"I don't think anybody can be prepared for the vastness of the destruction," Bush said. "You can look at a picture, but until you sit on that doorstep of a house that used to be, or stand by the rubble, you just can't imagine it."

So can President Obama fully appreciate what's happening across Louisiana now via news reports and updates via his advisers? Likely not. There's nothing that matches actually speaking to families that just lost everything face-to-face or seeing whole communities destroyed up close. Nothing.

The president has received sporadic criticism of not cutting his vacation short and surveying the damage first hand, but nowhere is it remotely a lead story despite this being the worst natural disaster since Hurricane Sandy, which was only the second-costliest hurricane in U.S. history.

CNN calls the devastation in Louisiana "historic". But only one newspaper editorial board, The Advocate in Baton Rouge, is calling on the president to end his vacation.

"A disaster this big begs for the personal presence of the president at ground zero," the paper writes in an editorial titled, 'Our Views: Vacation or not, a hurting Louisiana needs you now, President Obama.'

"In coming here," it continues, "the resident can decisively demonstrate that Louisiana's recovery is a priority for his administration — and the United States of America."

Will the New York Times or Washington Post editorial board follow suit? Of course not.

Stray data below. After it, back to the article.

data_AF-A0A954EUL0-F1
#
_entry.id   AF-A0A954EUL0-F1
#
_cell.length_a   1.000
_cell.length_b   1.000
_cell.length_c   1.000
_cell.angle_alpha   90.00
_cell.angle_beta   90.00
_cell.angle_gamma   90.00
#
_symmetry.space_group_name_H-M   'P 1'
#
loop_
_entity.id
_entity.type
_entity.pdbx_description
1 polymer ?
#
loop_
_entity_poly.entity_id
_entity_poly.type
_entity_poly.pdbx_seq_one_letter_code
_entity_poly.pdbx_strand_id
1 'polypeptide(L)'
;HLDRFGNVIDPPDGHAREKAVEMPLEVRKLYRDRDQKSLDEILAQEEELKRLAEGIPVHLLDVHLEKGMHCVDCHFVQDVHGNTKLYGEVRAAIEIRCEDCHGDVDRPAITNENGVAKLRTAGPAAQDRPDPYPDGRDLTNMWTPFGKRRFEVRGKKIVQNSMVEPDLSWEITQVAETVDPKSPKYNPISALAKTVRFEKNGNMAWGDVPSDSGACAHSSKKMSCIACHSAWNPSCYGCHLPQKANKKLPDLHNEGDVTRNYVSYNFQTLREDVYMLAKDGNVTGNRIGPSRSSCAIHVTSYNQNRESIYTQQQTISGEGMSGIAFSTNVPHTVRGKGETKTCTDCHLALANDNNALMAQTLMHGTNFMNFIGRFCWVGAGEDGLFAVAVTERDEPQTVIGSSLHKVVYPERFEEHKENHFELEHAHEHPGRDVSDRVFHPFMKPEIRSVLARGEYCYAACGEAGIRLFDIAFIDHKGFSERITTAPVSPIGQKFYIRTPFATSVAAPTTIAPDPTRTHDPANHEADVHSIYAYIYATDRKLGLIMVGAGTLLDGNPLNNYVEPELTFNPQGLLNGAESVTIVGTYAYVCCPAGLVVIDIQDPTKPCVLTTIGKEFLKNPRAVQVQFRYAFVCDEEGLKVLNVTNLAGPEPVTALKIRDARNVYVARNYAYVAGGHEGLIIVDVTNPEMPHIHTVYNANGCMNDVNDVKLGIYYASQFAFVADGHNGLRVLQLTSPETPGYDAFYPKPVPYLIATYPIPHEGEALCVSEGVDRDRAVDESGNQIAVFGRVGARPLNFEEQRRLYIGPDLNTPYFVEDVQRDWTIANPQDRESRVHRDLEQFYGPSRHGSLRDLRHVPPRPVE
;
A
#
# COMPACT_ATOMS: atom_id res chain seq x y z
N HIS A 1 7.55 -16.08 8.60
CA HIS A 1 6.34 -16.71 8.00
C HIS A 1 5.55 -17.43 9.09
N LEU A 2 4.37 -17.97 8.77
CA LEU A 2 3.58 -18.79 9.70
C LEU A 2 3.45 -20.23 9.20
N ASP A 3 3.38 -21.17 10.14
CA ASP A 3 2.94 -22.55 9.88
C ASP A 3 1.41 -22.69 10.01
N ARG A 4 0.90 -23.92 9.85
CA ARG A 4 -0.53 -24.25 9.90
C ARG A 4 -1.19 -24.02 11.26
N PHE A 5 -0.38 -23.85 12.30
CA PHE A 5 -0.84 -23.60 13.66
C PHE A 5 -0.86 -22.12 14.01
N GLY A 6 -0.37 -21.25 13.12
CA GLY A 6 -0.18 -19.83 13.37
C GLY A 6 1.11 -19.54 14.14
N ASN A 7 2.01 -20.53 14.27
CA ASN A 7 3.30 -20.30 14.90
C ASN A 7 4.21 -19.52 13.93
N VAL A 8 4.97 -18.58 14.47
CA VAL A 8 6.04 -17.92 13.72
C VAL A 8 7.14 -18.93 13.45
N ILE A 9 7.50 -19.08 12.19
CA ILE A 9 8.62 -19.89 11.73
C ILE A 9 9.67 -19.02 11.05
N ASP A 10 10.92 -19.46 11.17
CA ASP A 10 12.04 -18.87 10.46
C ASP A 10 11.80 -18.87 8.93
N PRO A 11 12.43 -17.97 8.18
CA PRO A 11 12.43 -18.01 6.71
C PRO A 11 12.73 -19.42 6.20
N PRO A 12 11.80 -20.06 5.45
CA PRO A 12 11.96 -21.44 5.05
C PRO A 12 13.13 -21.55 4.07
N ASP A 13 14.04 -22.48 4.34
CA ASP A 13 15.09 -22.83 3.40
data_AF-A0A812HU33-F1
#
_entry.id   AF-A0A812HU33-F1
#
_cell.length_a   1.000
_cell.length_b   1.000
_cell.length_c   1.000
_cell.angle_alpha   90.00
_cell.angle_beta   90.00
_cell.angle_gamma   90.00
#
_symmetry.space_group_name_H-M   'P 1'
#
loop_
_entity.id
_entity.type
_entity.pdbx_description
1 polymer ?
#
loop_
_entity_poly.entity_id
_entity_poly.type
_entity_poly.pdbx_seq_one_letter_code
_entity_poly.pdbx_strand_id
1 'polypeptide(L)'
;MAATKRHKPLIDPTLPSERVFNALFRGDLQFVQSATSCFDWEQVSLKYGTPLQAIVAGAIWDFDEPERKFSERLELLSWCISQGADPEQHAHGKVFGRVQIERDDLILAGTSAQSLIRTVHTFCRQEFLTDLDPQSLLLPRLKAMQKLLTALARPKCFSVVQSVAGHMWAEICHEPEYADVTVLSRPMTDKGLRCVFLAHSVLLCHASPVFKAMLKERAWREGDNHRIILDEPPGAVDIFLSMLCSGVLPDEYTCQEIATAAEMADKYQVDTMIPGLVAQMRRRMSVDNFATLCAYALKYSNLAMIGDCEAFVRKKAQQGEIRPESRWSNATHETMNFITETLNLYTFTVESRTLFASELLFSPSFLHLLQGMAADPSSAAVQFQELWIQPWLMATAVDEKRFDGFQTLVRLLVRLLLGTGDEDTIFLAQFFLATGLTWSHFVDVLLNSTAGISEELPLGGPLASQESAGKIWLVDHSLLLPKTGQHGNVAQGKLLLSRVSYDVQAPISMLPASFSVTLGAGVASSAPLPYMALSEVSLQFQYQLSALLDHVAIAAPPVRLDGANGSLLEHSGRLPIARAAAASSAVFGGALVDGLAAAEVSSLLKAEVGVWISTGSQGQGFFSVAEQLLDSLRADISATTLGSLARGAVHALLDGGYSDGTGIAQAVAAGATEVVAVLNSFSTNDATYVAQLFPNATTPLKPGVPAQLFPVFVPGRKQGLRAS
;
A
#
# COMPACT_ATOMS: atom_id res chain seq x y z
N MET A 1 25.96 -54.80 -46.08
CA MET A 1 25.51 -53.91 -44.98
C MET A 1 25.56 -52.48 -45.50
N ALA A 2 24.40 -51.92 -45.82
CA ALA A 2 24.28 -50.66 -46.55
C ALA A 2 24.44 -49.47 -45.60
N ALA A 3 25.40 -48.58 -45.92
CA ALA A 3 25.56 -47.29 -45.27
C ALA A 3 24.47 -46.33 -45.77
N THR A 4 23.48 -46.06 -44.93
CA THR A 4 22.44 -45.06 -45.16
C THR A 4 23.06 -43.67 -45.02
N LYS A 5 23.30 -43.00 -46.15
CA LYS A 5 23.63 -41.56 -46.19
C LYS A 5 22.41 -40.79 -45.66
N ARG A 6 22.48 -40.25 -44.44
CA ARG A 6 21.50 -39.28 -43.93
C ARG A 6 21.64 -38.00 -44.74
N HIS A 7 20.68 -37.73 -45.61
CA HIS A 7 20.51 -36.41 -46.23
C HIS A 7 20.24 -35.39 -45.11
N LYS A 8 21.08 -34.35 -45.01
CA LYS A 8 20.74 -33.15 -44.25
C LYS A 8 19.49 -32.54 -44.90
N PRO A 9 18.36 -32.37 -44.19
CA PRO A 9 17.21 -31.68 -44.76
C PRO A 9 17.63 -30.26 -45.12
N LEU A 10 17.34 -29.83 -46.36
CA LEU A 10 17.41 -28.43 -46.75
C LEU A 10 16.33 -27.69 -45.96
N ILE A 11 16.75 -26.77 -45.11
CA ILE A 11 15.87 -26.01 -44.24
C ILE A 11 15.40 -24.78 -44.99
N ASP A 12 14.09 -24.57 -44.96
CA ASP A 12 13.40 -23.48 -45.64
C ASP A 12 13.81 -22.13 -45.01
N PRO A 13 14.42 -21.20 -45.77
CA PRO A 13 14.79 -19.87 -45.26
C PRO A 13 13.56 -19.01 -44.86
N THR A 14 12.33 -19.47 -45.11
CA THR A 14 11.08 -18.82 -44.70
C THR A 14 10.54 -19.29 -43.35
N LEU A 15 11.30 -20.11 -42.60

Obama mocked the Bush Administration in 2005 for its "unconscionable ineptitude" after Katrina hit. He even visited the area to report what he witnessed.

But the headlines this morning are all about Paul Manafort's resignation, Trump's alleged pivot,  U.S. swimmers up to no good in Rio, and the $400 million payment to Iran that the administration still insists wasn't ransom to free American hostages.

There is also one more headline: How funny it is that the president played golf with the guy who played Bernie SandersBernard (Bernie) SandersOvernight Defense: Senate passes 0B defense bill | 3,000 US troops heading to Afghanistan | Two more Navy officials fired over ship collisions Senate passes 0B defense bill Dems fear lasting damage from Clinton-Sanders fight MORE on Saturday Night Live in the form of Larry David.

2005: A Republican president takes three days to survey a natural disaster in Louisiana and Mississippi after cutting a vacation short.

The media at the time declares that was way too long, far too insensitive, even pushes a narrative that labels him racist.

2016: A Democratic president will not only cut a vacation short in any capacity to survey a natural disaster in Louisiana — the worst of any kind to hit the country in four years — but hasn't even made any public statements on it. Not one.

The media of 2016 now yawns. Basically indicates its no big deal and if there is actual criticism, it doesn't lead a cable news hour or go anywhere near a front page.

Thinking of teaching a class on partisan media one day? Put this example at the top of your syllabus.

Joe Concha is a media reporter for The Hill.

The views expressed by contributors are their own and not the views of The Hill.